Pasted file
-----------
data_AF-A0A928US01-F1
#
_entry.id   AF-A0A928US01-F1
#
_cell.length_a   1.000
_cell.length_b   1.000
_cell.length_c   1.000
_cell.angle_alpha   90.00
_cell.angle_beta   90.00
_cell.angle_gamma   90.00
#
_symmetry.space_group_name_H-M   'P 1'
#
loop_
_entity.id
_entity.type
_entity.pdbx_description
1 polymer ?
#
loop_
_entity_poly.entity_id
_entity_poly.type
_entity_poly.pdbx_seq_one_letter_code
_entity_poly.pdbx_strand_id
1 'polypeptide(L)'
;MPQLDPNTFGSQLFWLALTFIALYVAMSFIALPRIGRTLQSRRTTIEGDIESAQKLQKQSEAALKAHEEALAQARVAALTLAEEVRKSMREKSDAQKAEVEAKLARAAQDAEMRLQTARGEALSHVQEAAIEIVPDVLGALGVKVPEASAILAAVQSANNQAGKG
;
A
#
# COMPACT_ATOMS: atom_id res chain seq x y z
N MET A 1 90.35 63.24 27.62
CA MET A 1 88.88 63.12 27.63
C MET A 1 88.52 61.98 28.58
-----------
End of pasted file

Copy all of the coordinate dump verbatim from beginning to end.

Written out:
data_AF-A0A928US01-F1
#
_entry.id   AF-A0A928US01-F1
#
_cell.length_a   1.000
_cell.length_b   1.000
_cell.length_c   1.000
_cell.angle_alpha   90.00
_cell.angle_beta   90.00
_cell.angle_gamma   90.00
#
_symmetry.space_group_name_H-M   'P 1'
#
loop_
_entity.id
_entity.type
_entity.pdbx_description
1 polymer ?
#
loop_
_entity_poly.entity_id
_entity_poly.type
_entity_poly.pdbx_seq_one_letter_code
_entity_poly.pdbx_strand_id
1 'polypeptide(L)'
;MPQLDPNTFGSQLFWLALTFIALYVAMSFIALPRIGRTLQSRRTTIEGDIESAQKLQKQSEAALKAHEEALAQARVAALTLAEEVRKSMREKSDAQKAEVEAKLARAAQDAEMRLQTARGEALSHVQEAAIEIVPDVLGALGVKVPEASAILAAVQSANNQAGKG
;
A
#
# COMPACT_ATOMS: atom_id res chain seq x y z
N MET A 1 90.35 63.24 27.62
CA MET A 1 88.88 63.12 27.63
C MET A 1 88.52 61.98 28.58